AIDA AUSTIN

AIDA AUSTIN: Mark Hayes: ’Just jump out and hit the ground at 10mph’

So there I was, Sunday night, somewhere in the Hollywood Hills, about three in the morn, drunk as a skunk, debating whether or not to jump out of this moving car.

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AIDA AUSTIN: ’I would like to get into your car without feeling like Velma’

FRIDAY, 10pm, and I’m in Cork Airport, anticipating the moment of my sister’s arrival from London with the feeling that this wonderful moment cannot come quickly enough.

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AIDA AUSTIN: ’I think, Mrs Beeton could not have been more formidable’

Home, 5pm – and we have just finished renovating my studio’s modest kitchen. 

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AIDA AUSTIN: "It was like thrashing about all day in a swimming pool of glue"

HOME, 11pm, and my husband and I are in bed.

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AIDA AUSTIN: ’Never mind the tax,’ he says, ’just drive.’

IT IS the evening before my return to Ireland and I am sitting at the table in my sister’s apartment, eating Thai fish cakes with buttery green beans, and cloth table napkins.

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AIDA AUSTIN: I lift up my spray gun nozzle and point it at his face

1 PM, and I’m in the shower cubicle, choking on bleach fumes; my excitement at selling the house, I think [scrub... scrub], has been worn thin [scrub... scrub] by constant cleaning.

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AIDA AUSTIN: "Just look at that sky, not a single cloud in it"

London Pride, Piccadilly – and love is in the air. I can’t get away from all the affection.

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AIDA AUSTIN: "It might feel sad if I hadn’t painted my eyelashes shut"

MONDAY 1.30pm: I am up a ladder, repainting the back eaves of our house, with a two litre pot of paint — and vertigo.

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AIDA AUSTIN: "My sister's gentle purring ensures I remain just awake"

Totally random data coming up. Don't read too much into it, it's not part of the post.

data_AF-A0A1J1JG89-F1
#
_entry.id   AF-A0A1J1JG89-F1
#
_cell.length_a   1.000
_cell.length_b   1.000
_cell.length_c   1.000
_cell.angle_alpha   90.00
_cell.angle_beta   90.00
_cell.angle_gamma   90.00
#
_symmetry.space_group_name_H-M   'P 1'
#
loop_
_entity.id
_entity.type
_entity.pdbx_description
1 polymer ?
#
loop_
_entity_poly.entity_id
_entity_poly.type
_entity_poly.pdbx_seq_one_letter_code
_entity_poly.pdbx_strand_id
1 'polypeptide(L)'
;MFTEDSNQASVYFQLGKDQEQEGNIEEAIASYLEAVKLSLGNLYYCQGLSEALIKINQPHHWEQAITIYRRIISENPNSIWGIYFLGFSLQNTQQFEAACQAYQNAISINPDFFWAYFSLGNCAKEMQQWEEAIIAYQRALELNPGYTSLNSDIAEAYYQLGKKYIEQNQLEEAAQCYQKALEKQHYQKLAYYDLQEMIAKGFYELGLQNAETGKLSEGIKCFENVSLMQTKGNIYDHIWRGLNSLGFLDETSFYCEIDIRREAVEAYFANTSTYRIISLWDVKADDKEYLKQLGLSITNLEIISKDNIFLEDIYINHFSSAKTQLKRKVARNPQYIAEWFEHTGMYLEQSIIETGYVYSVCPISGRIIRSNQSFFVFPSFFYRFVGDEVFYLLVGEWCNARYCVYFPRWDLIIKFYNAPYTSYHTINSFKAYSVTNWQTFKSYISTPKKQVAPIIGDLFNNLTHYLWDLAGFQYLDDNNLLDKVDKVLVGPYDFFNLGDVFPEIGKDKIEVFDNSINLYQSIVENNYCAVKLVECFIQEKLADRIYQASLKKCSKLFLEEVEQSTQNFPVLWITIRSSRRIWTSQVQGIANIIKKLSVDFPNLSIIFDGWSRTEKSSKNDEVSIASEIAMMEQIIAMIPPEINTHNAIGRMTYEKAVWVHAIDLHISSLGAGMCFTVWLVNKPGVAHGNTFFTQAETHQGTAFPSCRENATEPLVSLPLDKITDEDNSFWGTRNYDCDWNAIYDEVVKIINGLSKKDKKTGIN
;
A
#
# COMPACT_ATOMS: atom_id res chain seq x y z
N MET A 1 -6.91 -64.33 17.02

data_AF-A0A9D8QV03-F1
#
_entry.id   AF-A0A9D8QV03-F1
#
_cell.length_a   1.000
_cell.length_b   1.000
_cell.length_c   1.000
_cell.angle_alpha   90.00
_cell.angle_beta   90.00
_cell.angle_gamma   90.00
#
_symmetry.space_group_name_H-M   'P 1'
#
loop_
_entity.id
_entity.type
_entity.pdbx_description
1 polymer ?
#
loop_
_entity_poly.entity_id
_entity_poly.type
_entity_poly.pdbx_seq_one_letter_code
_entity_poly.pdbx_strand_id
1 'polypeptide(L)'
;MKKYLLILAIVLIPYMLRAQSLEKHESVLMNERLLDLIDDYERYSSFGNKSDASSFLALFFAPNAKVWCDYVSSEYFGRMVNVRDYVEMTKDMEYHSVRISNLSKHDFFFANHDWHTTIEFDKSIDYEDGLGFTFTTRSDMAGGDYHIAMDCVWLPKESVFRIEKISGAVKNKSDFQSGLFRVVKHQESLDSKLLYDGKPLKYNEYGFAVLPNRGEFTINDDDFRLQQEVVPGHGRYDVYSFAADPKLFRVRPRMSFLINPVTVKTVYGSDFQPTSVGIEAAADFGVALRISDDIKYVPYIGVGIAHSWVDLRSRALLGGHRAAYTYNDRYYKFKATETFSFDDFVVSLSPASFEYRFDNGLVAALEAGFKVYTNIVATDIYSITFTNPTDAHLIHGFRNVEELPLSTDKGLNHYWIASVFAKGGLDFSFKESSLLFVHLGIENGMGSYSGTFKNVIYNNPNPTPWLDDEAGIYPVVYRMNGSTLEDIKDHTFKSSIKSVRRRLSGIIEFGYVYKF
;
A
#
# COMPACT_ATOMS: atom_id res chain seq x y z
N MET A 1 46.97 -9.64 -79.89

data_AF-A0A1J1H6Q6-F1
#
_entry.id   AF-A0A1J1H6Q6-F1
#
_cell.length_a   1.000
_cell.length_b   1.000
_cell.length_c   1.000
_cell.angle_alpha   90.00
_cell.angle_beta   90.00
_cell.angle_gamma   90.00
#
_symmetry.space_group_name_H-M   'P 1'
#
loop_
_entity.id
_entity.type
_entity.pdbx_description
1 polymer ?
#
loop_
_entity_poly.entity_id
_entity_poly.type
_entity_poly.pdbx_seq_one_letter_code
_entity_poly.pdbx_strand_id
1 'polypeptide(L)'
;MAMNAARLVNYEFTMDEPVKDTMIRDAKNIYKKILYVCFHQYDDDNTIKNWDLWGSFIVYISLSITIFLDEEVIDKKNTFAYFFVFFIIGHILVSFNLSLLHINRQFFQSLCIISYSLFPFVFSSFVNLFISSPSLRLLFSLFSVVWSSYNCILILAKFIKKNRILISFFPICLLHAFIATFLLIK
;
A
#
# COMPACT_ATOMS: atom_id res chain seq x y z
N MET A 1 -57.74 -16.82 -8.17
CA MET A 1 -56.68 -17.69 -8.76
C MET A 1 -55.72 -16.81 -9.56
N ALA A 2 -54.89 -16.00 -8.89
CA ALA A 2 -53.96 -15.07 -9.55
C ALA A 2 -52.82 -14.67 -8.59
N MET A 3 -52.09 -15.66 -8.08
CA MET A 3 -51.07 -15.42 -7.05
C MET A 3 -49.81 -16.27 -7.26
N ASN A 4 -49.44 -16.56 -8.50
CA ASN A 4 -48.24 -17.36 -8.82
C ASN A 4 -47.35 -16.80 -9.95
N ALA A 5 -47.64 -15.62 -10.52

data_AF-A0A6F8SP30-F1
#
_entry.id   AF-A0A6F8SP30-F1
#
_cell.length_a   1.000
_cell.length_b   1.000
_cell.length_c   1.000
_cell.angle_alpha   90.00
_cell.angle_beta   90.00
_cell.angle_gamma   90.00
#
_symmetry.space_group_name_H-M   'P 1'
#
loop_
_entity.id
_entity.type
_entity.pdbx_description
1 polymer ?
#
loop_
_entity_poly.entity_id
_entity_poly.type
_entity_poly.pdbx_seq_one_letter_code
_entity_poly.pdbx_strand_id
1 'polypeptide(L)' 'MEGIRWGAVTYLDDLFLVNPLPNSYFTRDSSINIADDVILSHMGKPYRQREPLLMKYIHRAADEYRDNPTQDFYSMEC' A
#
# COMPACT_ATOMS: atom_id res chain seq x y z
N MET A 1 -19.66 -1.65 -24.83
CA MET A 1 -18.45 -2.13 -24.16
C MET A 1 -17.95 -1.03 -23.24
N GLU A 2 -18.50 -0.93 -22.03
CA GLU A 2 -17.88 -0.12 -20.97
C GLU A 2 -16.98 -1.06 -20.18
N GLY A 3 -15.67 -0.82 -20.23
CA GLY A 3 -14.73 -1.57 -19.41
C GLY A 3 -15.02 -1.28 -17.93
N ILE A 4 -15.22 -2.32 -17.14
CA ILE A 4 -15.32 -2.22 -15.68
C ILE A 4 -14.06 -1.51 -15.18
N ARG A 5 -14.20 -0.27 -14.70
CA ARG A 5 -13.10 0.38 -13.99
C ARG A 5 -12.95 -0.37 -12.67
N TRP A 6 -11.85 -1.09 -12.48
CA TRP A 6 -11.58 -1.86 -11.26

East London, five o’clock in the morning. I’m in a taxi, heading from my son’s house towards my sister’s apartment and, I hope, complete oblivion.

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AIDA AUSTIN: ’That’s a trick question. I’m a fecking writer, give me a break’

IT’S 2am, the witching hour, and I’m in London, standing in my son’s kitchen, holding a coffin-sized box of hopes and dreams; inside it are flowers which I am now going to make up into four “small, affordable, classy bouquets”.

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AIDA AUSTIN: ’Flower market? You’ve got the wrong place, love’

IT’S 12pm, midnight — and I’m galloping across Highbury Fields with my son towards the tube station, late for the last train because my son mislaid his wallet.

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AIDA AUSTIN: "This,"I say, "is the bedtime routine I’ve yearned for"

Week one.
11pm and my husband’s recently-ruptured achilles is having a knock-on effect on our long-standing bedtime routine, “with promising results,” I think, after entering the bedroom after my shower. 

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AIDA AUSTIN: "If my sisters and I were a litter of pubs, I would be the runt"

8pm, Sligo — and life has transposed, like it always does, into a scene from The Edwardian Farm. 

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